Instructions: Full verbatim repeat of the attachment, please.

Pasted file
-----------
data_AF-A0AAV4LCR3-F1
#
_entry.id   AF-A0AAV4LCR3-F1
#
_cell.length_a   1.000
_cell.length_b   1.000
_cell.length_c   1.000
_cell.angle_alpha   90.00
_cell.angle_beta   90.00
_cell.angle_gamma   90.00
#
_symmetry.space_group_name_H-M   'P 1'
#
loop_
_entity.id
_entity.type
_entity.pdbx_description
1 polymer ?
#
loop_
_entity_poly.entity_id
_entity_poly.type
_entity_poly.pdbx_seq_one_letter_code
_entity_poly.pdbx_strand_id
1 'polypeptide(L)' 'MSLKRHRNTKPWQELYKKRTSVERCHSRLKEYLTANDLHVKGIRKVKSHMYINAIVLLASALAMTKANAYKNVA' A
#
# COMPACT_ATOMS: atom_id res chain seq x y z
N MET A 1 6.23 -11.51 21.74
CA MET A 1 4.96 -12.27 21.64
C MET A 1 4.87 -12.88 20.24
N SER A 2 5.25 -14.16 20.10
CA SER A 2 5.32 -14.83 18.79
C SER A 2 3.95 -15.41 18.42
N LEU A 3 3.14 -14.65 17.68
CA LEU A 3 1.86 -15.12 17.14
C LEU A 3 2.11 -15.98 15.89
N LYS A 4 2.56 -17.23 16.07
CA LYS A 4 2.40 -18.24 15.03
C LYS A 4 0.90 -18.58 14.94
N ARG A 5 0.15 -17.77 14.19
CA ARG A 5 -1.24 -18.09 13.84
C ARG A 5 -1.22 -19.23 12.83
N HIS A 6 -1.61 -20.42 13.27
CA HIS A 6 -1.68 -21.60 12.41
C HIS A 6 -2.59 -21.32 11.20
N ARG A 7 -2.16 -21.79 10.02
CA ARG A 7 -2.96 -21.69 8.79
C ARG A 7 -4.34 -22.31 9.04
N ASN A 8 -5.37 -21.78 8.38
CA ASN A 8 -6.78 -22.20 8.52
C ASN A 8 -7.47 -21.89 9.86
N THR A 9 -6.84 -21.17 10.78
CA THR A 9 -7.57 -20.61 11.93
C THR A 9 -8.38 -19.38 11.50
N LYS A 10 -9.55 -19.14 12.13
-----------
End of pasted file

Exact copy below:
data_AF-A0AAV4LCR3-F1
#
_entry.id   AF-A0AAV4LCR3-F1
#
_cell.length_a   1.000
_cell.length_b   1.000
_cell.length_c   1.000
_cell.angle_alpha   90.00
_cell.angle_beta   90.00
_cell.angle_gamma   90.00
#
_symmetry.space_group_name_H-M   'P 1'
#
loop_
_entity.id
_entity.type
_entity.pdbx_description
1 polymer ?
#
loop_
_entity_poly.entity_id
_entity_poly.type
_entity_poly.pdbx_seq_one_letter_code
_entity_poly.pdbx_strand_id
1 'polypeptide(L)' 'MSLKRHRNTKPWQELYKKRTSVERCHSRLKEYLTANDLHVKGIRKVKSHMYINAIVLLASALAMTKANAYKNVA' A
#
# COMPACT_ATOMS: atom_id res chain seq x y z
N MET A 1 6.23 -11.51 21.74
CA MET A 1 4.96 -12.27 21.64
C MET A 1 4.87 -12.88 20.24
N SER A 2 5.25 -14.16 20.10
CA SER A 2 5.32 -14.83 18.79
C SER A 2 3.95 -15.41 18.42
N LEU A 3 3.14 -14.65 17.68
CA LEU A 3 1.86 -15.12 17.14
C LEU A 3 2.11 -15.98 15.89
N LYS A 4 2.56 -17.23 16.07
CA LYS A 4 2.40 -18.24 15.03
C LYS A 4 0.90 -18.58 14.94
N ARG A 5 0.15 -17.77 14.19
CA ARG A 5 -1.24 -18.09 13.84
C ARG A 5 -1.22 -19.23 12.83
N HIS A 6 -1.61 -20.42 13.27
CA HIS A 6 -1.68 -21.60 12.41
C HIS A 6 -2.59 -21.32 11.20
N ARG A 7 -2.16 -21.79 10.02
CA ARG A 7 -2.96 -21.69 8.79
C ARG A 7 -4.34 -22.31 9.04
N ASN A 8 -5.37 -21.78 8.38
CA ASN A 8 -6.78 -22.20 8.52
C ASN A 8 -7.47 -21.89 9.86
N THR A 9 -6.84 -21.17 10.78
CA THR A 9 -7.57 -20.61 11.93
C THR A 9 -8.38 -19.38 11.50
N LYS A 10 -9.55 -19.14 12.13